‘At 20, people judged our choice to get married. ‘You have to experience your single years and party it up.’ I didn’t want it. I wanted Marcus.’: Widow remarries after loss, ‘I love two incredible men’

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“I didn’t ever think I would want or need him. And now I can’t live without him. I vowed to love and be faithful to Marcus when I was 20 years old. I was still a child myself. We grew up together, figured out how to be adults together, built a life together. The odds were against us.

Courtesy of Nicole Fergesen

At 20, plenty of people told me to wait or judged our choice to get married. I should experience more of my single years, party it up at college, live more life on my own to figure out who I was. Figure out who I am before I enter a relationship with someone else, never mind marry them.

I didn’t want that. I wanted Marcus. I wanted a life with him, even if it meant putting gas on credit cards and trying to figure out how to survive our first year of marriage.

But, we grew up. And we grew up together. And it was really hard. We learned how to be married, what it took to build a life with someone, and became stronger people together because of it. We moved across the country, bought our first home, and popped out a few babies.

Courtesy of Nicole Fergesen

Then another big move, climbing the ladder at work, and marital bliss. And then he went on a work trip and never came home. He wasn’t supposed to die. Our children were young, three under 5. We were exhausted and happy.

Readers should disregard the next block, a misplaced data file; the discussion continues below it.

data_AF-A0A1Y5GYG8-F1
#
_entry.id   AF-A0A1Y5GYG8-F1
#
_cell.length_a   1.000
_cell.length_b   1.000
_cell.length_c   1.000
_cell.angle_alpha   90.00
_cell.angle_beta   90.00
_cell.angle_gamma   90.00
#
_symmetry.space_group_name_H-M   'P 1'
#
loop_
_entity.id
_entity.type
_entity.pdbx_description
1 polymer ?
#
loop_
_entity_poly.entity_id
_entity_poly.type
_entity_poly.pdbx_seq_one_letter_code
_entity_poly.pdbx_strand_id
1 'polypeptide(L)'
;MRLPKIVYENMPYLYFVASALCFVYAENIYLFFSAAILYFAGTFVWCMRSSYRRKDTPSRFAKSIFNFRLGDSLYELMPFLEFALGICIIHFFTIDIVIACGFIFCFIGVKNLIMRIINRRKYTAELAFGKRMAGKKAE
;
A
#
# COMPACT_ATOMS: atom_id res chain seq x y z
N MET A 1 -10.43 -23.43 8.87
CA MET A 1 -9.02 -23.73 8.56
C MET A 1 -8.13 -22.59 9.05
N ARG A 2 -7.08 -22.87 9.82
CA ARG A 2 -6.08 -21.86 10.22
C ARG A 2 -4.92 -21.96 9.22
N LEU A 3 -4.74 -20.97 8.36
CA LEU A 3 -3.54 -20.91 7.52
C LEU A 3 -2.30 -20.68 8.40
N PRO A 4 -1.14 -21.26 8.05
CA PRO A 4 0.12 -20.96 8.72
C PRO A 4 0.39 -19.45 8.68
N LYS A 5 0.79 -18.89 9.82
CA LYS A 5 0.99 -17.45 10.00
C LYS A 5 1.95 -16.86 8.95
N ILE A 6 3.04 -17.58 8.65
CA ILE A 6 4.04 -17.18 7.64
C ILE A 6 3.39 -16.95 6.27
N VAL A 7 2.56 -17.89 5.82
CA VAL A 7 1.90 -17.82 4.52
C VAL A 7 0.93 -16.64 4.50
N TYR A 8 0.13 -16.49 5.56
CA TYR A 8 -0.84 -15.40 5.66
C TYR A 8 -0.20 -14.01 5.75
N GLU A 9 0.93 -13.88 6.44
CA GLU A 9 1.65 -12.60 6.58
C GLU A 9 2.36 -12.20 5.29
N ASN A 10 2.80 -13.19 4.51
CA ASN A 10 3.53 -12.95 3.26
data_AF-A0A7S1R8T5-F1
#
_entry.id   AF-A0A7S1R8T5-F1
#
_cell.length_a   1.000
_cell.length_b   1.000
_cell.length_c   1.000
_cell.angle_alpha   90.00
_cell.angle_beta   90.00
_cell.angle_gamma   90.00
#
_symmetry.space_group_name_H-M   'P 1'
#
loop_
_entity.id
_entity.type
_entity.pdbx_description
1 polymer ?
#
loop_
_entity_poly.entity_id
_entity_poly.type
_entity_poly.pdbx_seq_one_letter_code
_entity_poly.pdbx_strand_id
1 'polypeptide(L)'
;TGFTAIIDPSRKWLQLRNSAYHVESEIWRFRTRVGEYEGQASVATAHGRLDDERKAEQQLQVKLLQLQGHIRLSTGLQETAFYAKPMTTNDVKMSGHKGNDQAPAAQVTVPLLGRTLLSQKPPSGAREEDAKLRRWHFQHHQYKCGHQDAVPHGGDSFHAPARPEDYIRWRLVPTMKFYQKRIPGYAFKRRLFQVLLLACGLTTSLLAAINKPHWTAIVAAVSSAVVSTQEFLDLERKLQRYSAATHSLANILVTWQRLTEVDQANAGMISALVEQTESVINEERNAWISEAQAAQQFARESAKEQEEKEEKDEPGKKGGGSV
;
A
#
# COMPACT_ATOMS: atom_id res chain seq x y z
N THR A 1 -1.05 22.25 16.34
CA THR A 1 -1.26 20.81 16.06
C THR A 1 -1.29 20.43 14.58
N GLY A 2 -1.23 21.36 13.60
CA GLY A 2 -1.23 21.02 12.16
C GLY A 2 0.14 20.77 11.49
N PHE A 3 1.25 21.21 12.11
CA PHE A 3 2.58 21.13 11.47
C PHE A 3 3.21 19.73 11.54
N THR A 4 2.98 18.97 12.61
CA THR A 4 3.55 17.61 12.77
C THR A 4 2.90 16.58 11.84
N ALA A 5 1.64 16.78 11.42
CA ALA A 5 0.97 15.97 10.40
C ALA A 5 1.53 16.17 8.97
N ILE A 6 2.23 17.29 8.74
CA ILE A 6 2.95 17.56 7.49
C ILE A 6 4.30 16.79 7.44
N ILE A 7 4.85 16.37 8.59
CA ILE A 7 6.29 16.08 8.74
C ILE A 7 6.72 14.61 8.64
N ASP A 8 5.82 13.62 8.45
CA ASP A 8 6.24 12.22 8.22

I never wanted to do life without him. I was proud that we were the couple beating the odds. We were married for 9 years before I turned 30. Going from blissfully happy in a thriving marriage, raising three children together, chasing our ‘dream’ but being content with what we had… to having all of it ripped from me in an instant. Losing someone I never wanted to be apart from. I was forced to live this life we built together, on my own. The life we worked so hard for, our future, burst into flames.

Courtesy of Nicole Fergesen

How could life go on? How could I possibly love again when I was loved so well? Especially after losing the love I had which hurt more than words can describe? How could I just move on with my life?

It meant I needed the perfect man for me, one capable of understanding me, my story, my children, and Marcus. All of it. And embrace it. It didn’t mean moving on from Marcus or getting over him, but moving forward with my life. Continuing to live joyfully and rebuilding a life for my family. And then came Dustin.

Dustin didn’t heal me, but he quenched the ache in my heart. He is the partner in life I was craving. The pain of losing Marcus will never go away, but the love I have with Dustin gives me happiness again. I get the privilege of sharing my life with someone again. Someone to support me in the hard times, and be by my side in the boring and mundane.

Photography by Bekah Scadding

I don’t have survivor’s guilt, I have lover’s guilt. Sometimes I feel like it is unfair I have loved two incredible men, when many don’t even get to experience one.

The paradox of joy and grief coexisting is beyond comprehension. It is being so happy where I am, but remembering what I had to lose to get here. It is knowing so deep in your bones how precious life is, and living life accordingly. It is context. Perspective. Appreciation.

As I sit here writing thank-you cards for mine and Dustin’s wedding, my mind rushes back to a few months after Marcus died. I was writing thank-you cards for the gifts given to me and my family, scribing through tears, a headache from the heaviness. And now I write through tears of joy, just utter thankfulness for my life and the journey. Gratefulness for how God held us and provided for us, sustaining us through our harrowing loss.

Photography by Lindsey Hirschler

Because Dustin exists doesn’t lessen what I had with Marcus. By loving someone new it actually has reminded me of the gift it was to be married to Marcus, and to appreciate my new love even more. Love is forever. Healing is forever. Grief and love can coexist.